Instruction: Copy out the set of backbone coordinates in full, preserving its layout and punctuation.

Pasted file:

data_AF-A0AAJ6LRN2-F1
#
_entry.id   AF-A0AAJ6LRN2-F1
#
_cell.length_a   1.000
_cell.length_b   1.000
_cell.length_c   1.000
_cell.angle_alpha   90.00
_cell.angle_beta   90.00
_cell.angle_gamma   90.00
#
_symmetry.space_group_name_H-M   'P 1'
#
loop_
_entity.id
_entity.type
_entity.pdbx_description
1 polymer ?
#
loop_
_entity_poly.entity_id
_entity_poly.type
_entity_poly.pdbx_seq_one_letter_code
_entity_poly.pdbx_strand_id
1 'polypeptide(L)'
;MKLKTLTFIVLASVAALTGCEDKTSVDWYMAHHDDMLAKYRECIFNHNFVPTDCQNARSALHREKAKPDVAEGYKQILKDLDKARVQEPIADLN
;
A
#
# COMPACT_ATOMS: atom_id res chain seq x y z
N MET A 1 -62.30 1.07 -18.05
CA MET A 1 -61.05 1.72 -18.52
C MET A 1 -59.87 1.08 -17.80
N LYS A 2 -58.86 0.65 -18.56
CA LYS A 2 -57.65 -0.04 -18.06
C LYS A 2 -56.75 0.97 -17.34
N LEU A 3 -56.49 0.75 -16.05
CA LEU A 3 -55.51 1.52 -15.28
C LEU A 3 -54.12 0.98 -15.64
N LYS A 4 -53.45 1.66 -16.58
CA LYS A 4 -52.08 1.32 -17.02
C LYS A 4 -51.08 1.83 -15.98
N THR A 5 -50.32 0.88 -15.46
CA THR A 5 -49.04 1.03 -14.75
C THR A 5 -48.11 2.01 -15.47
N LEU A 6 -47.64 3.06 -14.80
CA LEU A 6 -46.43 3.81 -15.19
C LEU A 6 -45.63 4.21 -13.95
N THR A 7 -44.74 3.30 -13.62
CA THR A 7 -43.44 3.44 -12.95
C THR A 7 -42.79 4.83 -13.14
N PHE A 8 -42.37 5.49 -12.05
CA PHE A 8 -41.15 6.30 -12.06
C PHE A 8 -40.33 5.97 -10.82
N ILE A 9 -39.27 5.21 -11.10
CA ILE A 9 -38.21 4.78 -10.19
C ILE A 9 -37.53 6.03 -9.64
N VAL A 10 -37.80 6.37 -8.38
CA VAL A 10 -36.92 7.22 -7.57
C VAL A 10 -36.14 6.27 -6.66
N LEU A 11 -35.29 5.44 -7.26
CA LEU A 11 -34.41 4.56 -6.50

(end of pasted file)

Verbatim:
data_AF-A0AAJ6LRN2-F1
#
_entry.id   AF-A0AAJ6LRN2-F1
#
_cell.length_a   1.000
_cell.length_b   1.000
_cell.length_c   1.000
_cell.angle_alpha   90.00
_cell.angle_beta   90.00
_cell.angle_gamma   90.00
#
_symmetry.space_group_name_H-M   'P 1'
#
loop_
_entity.id
_entity.type
_entity.pdbx_description
1 polymer ?
#
loop_
_entity_poly.entity_id
_entity_poly.type
_entity_poly.pdbx_seq_one_letter_code
_entity_poly.pdbx_strand_id
1 'polypeptide(L)'
;MKLKTLTFIVLASVAALTGCEDKTSVDWYMAHHDDMLAKYRECIFNHNFVPTDCQNARSALHREKAKPDVAEGYKQILKDLDKARVQEPIADLN
;
A
#
# COMPACT_ATOMS: atom_id res chain seq x y z
N MET A 1 -62.30 1.07 -18.05
CA MET A 1 -61.05 1.72 -18.52
C MET A 1 -59.87 1.08 -17.80
N LYS A 2 -58.86 0.65 -18.56
CA LYS A 2 -57.65 -0.04 -18.06
C LYS A 2 -56.75 0.97 -17.34
N LEU A 3 -56.49 0.75 -16.05
CA LEU A 3 -55.51 1.52 -15.28
C LEU A 3 -54.12 0.98 -15.64
N LYS A 4 -53.45 1.66 -16.58
CA LYS A 4 -52.08 1.32 -17.02
C LYS A 4 -51.08 1.83 -15.98
N THR A 5 -50.32 0.88 -15.46
CA THR A 5 -49.04 1.03 -14.75
C THR A 5 -48.11 2.01 -15.47
N LEU A 6 -47.64 3.06 -14.80
CA LEU A 6 -46.43 3.81 -15.19
C LEU A 6 -45.63 4.21 -13.95
N THR A 7 -44.74 3.30 -13.62
CA THR A 7 -43.44 3.44 -12.95
C THR A 7 -42.79 4.83 -13.14
N PHE A 8 -42.37 5.49 -12.05
CA PHE A 8 -41.15 6.30 -12.06
C PHE A 8 -40.33 5.97 -10.82
N ILE A 9 -39.27 5.21 -11.10
CA ILE A 9 -38.21 4.78 -10.19
C ILE A 9 -37.53 6.03 -9.64
N VAL A 10 -37.80 6.37 -8.38
CA VAL A 10 -36.92 7.22 -7.57
C VAL A 10 -36.14 6.27 -6.66
N LEU A 11 -35.29 5.44 -7.26
CA LEU A 11 -34.41 4.56 -6.50